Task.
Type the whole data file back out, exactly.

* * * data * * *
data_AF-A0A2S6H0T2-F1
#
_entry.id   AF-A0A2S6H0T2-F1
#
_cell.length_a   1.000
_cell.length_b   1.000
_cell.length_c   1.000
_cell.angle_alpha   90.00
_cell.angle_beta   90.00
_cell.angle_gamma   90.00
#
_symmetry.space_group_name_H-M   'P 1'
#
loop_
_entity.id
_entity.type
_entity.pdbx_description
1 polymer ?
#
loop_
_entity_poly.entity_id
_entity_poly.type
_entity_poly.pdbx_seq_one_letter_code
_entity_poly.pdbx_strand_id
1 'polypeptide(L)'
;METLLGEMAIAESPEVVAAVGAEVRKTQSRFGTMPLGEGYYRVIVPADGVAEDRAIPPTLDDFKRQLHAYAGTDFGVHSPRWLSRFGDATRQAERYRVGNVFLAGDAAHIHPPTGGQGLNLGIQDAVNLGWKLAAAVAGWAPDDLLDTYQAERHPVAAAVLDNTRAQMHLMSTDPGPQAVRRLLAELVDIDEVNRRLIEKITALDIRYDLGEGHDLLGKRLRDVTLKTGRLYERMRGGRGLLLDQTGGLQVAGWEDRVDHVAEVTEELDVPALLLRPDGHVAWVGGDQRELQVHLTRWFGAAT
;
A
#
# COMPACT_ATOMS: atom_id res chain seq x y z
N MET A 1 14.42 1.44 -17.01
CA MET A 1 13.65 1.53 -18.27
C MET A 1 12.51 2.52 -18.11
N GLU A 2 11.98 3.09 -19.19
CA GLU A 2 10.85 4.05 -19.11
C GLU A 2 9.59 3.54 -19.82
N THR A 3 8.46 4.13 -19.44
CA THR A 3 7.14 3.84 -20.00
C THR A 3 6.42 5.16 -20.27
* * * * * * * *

data_AF-A0A2S6H0T2-F1
#
_entry.id   AF-A0A2S6H0T2-F1
#
_cell.length_a   1.000
_cell.length_b   1.000
_cell.length_c   1.000
_cell.angle_alpha   90.00
_cell.angle_beta   90.00
_cell.angle_gamma   90.00
#
_symmetry.space_group_name_H-M   'P 1'
#
loop_
_entity.id
_entity.type
_entity.pdbx_description
1 polymer ?
#
loop_
_entity_poly.entity_id
_entity_poly.type
_entity_poly.pdbx_seq_one_letter_code
_entity_poly.pdbx_strand_id
1 'polypeptide(L)'
;METLLGEMAIAESPEVVAAVGAEVRKTQSRFGTMPLGEGYYRVIVPADGVAEDRAIPPTLDDFKRQLHAYAGTDFGVHSPRWLSRFGDATRQAERYRVGNVFLAGDAAHIHPPTGGQGLNLGIQDAVNLGWKLAAAVAGWAPDDLLDTYQAERHPVAAAVLDNTRAQMHLMSTDPGPQAVRRLLAELVDIDEVNRRLIEKITALDIRYDLGEGHDLLGKRLRDVTLKTGRLYERMRGGRGLLLDQTGGLQVAGWEDRVDHVAEVTEELDVPALLLRPDGHVAWVGGDQRELQVHLTRWFGAAT
;
A
#
# COMPACT_ATOMS: atom_id res chain seq x y z
N MET A 1 14.42 1.44 -17.01
CA MET A 1 13.65 1.53 -18.27
C MET A 1 12.51 2.52 -18.11
N GLU A 2 11.98 3.09 -19.19
CA GLU A 2 10.85 4.05 -19.11
C GLU A 2 9.59 3.54 -19.82
N THR A 3 8.46 4.13 -19.44
CA THR A 3 7.14 3.84 -20.00
C THR A 3 6.42 5.16 -20.27